In a review of literary reputations, perhaps nothing is fitted to raise more surprise than the obvious inequality in the extend and greatness of the labors to which an equal reward of fame has been allotted. The abounding energy and picturesque variety of Homer are illustrated in eight-and-forty books: the remains of Sappho might be written on the surface of a leaf of the laurus nobilis. Yet if the one expands before us with the magnificent extent, the diversified surface, the endless decorations of the earth itself, the other hangs on high, like a lone, clear star—small but intense—flashing upon us through the night of ages, invested with circumstances of divinity not less unquestionable than those which attend the venerable majesty of the Ancient of Song. The rich and roseate light that shines around the name of Mimnermus, is shed from some dozen or twenty lines: the immortality of Tyrtaeus rests upon a stanza or two, which have floated to us with their precious freight, over the sea of centuries, and will float on unsubmergible by all the waves of Time. The soul of Simonides lives to us in a single couplet; but that is the very stuff of Eternity, which neither fire will assoil, nor tempest peril, nor the wrath of years impair. The Infinite has no degrees; wherever the world sees in any human being the fire of the Everlasting, it bows with equal awe, whether that fire is displayed by only an occasional flash, or by a prolonged and diffusive blaze. There is a certain tone which, hear it when we may, and where we may, we know to be the accents of the gods; and whether its quality be shown in a single utterance, or its volume displayed in a thousand bursts of music, we surround the band of spirits whom we there detect in their mortal disguise, with equal ceremonies of respect and worship, hailing them alike as seraphs of a brighter sphere—sons of the morning. This is natural, and it is reasonable. Genius is not a degree of other qualities, nor is it a particular way or extent of displaying such qualities; it is a faculty by itself; it is a manner, of which we may judge with the same certainty from one exhibition, as from many. The praise of a poet, therefore, is to be determined not by the nature of the work which he undertakes, but by the kind of mastery which he shows; not by the breadth of surface over which he toils, but by the perfectness of the result which he attains. Mr. Wordsworth has vindicated the capacity of the sonnet to be a casket of the richest gems of fame. We have no doubt that the song may give evidence of a genius which shall deserve to be ranked with the constructor of an epic. "Scorn not the SONG." We would go so far, indeed, as to say that success in the song imports, necessarily, a more inborn and genuine gift of poetic conception, than the same proportion of success in other less simple modes of art. There are some sorts of composition which may be wrought out of eager feeling and the foam of excited passions; and which are therefore to a large extent within the reach of earnest sensibilities and an ambitious will; others are the spontaneous outflow of the heart, to whose perfection, turbulence and effort are fatal. Of the latter kind is the song. While the ode allows of exertion and strain, what is done in it must be accomplished by native and inherent strength.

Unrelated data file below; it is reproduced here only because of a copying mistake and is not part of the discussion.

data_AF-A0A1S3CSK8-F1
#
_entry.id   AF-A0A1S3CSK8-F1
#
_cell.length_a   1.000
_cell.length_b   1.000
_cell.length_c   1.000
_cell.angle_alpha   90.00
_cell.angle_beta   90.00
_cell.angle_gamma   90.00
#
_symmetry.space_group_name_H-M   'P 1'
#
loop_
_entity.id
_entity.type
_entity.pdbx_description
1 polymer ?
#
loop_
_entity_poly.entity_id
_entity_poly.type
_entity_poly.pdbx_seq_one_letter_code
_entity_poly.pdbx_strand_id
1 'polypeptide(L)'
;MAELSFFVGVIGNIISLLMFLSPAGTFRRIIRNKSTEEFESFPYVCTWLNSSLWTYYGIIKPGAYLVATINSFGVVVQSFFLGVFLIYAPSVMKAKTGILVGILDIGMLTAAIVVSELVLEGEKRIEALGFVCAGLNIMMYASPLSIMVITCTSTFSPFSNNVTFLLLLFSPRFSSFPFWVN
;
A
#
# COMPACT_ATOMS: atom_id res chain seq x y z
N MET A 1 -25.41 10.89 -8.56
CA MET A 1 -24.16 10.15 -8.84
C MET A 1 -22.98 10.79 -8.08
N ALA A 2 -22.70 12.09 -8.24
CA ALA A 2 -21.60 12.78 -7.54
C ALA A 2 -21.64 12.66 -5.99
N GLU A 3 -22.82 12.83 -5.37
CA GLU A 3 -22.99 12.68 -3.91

Speaking with that confidence which may not improperly be assumed by one who, having looked with some care at the foundations of the opinion which he expresses, supposes himself able, if called upon by denial, to furnish such demonstration of its truth as the nature of the matter allows of, we say that, in our judgment, there is no professed writer of songs, in this day, who has conceived the true character of this delicate and peculiar creation of art, with greater precision and justness than Mr. Morris, or been more felicitous than he in dealing with the subtle and multiform difficulties that beset its execution. It is well understood by those whose thoughts are used to be conversant with the suggestions of a deeper analysis than belongs to popular criticism, that the forms of literary art are not indefinite in number, variable in their characteristics, or determined by the casual taste or arbitrary will of authors: they exist in nature; they are dependent upon those fixed laws of intellectual being, of spiritual affection, and moral choice, which constitute the rationality of man. And the actual, positive merit of a poetical production—that real merit, which consists in native vitality, in inherent capacity to live—does not lie in the glitter or costliness of the decorations with which it is invested—nor in the force with which it is made to spring from the mind of its creator into the minds of others—nor yet in the scale of magnitude upon which the ideas belonging to the subject are illustrated in the work; but rather, as we suppose, obviously, and in all cases, upon the integrity and truth with which the particular form that has been contemplated by the artist, is brought out, and the distinctness with which that one specific impression which is appropriate to it, is attained. This is the kind of excellence which we ascribe to Mr. Morris; an excellence of a lofty order; genuine, sincere, and incapable of question; more valuable in this class of composition than in any other, because both more important and more difficult. For the song appears to us to possess a definiteness peculiarly jealous and exclusive; to be less flexible in character and to permit less variety of tone than most other classes of composition. If a man shall say, "I will put more force into my song than your model allows, I will charge it with a greater variety of impressions," it is well; if he is skilful, he may make something that is very valuable. But in so far as his work is more than a song, it is not a song. In all works of Art—wherever form is concerned—excess is error.